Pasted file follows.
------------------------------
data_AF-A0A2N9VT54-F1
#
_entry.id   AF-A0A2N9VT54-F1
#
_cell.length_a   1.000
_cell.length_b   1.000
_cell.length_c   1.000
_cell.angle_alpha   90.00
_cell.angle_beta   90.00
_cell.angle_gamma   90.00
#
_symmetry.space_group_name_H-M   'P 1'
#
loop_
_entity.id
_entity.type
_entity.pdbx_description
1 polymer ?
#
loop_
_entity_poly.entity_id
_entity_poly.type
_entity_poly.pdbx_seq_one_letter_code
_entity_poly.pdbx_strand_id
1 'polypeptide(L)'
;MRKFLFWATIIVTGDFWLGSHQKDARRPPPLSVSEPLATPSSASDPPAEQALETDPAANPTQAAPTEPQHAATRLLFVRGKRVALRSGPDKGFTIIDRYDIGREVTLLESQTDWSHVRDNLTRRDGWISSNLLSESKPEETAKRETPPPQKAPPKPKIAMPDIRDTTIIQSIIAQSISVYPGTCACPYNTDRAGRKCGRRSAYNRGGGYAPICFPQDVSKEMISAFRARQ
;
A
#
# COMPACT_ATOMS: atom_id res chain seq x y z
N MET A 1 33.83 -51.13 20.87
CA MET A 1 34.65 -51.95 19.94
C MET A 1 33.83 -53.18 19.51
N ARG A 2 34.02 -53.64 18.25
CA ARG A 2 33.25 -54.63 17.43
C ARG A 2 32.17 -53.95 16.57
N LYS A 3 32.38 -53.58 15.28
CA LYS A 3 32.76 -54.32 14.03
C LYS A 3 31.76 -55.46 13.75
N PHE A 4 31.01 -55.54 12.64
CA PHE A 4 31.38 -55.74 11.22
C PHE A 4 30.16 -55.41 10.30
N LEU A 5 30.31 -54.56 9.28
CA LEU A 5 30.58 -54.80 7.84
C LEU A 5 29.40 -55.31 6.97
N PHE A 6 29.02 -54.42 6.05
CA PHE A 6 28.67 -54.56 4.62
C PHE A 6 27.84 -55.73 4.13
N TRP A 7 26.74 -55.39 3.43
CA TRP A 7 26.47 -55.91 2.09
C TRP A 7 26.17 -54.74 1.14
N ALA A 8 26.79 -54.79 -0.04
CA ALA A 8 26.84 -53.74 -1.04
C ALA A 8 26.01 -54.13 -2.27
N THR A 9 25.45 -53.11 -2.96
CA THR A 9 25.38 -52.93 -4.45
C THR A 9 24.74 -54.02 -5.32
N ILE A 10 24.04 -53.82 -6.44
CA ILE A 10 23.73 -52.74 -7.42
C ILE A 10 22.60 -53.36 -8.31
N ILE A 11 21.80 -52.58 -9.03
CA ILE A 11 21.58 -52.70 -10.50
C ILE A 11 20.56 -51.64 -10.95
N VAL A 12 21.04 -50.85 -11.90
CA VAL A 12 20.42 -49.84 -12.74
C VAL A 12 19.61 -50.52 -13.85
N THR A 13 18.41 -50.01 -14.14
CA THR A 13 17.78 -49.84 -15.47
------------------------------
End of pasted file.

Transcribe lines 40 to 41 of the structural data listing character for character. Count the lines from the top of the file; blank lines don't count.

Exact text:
N PHE A 4 31.01 -55.54 12.64
CA PHE A 4 31.38 -55.74 11.22